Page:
I think you get the picture. Tooooooo much effort to open the mouth and speak. Or coordinate the brain in the first place find the words. And even so, I'd probably forget the name of that wonderful smelling massage oil the moment the name left her lips......lips.......did somebody say tu-lips?

Ahhhhh......that warm, caressing sun.....

Wednesday, March 10, 2010


I have heard from a book publisher!
They want to publish my book!!!

Yippeeeeee - I am over the moon!!!

I started writing Reading Between The Lines about 15 years ago. Put it down, picked it up, life happened, etc. etc. Send it off to a publisher 9 years ago. Got rejected. Sent it off to another one. Got rejected. Gave up. Thought I'd send it off to an agent instead. Might work better. No - did not. Sent it off to another one, two, three. Got rejected again. Gave up.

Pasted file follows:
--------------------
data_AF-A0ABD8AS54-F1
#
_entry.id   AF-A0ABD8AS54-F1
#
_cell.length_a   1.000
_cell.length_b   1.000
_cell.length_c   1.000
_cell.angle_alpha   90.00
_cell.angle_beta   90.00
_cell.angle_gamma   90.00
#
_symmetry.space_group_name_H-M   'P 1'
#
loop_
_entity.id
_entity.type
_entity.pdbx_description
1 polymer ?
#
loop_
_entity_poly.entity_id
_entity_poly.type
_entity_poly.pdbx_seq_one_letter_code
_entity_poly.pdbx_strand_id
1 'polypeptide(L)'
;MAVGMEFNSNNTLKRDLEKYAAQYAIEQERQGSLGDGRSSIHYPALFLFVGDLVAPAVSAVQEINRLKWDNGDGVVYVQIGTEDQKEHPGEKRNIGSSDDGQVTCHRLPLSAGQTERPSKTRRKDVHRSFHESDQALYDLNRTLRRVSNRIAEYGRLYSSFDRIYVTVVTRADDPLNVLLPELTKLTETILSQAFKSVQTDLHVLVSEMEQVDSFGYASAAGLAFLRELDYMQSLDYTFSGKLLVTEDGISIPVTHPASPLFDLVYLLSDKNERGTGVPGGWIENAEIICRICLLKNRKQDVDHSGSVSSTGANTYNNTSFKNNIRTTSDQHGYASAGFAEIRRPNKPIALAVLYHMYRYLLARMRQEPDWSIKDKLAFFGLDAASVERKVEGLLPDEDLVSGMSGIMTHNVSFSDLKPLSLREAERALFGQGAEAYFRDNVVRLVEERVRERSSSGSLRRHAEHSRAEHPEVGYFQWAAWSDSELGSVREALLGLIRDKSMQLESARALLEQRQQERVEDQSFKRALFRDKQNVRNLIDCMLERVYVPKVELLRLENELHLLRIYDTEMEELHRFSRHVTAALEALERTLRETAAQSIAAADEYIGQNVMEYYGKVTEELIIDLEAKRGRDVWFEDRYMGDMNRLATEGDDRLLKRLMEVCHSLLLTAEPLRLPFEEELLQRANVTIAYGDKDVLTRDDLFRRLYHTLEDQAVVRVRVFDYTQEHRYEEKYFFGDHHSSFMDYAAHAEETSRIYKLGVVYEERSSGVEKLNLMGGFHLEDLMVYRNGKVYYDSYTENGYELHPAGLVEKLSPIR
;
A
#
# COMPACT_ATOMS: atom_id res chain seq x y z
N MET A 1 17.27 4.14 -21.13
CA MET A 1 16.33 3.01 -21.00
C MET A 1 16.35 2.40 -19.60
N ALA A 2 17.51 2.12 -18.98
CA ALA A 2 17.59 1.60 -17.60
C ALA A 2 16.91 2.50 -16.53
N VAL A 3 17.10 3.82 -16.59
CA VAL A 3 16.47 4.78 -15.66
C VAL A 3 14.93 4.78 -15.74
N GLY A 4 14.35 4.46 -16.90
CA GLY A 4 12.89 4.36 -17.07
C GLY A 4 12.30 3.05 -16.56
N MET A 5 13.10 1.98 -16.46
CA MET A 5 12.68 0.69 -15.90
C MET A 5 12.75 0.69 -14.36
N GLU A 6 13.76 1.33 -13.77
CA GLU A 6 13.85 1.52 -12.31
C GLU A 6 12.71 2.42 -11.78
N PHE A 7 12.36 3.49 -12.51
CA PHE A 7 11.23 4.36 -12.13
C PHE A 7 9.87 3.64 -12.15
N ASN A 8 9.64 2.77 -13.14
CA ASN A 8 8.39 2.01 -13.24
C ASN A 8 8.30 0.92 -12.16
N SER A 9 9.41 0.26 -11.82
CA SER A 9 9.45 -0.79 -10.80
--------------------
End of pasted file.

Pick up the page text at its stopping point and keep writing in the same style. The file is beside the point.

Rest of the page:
Over the past year, I'd begun looking at publishers once again.
Well, yesterday, I got the good news! It will take time.
My book will come out in about a year and a half.
But the process has begun!
I am sooooooo happy!!

I started writing articles on palmistry for The Journal of Alternative Therapies, here in Montreal. I wrote some more for Everchanging Magazine in Burlington, Vermont. After a while, I decided to put all these articles together into a book. It did not sound right, so I did a lot of editing, and changing. I grew along with the book.

This is a healing book; a book of my experiences reading people and helping them along their pathway.
Will keep everyone posted.

Tuesday, March 2, 2010


Sweet hyacinth, beginning to open.

That was then......

Today she is in full bloom, gossiping with the daffys.
Thought I could use a massage last week. Needed a little pampering (don't we all at this time of year?)

There was a "special" on at my local beauty parlor (does anybody else still use that antiquated word? LOL! ) So I took advantage and booked an afternoon of luxury.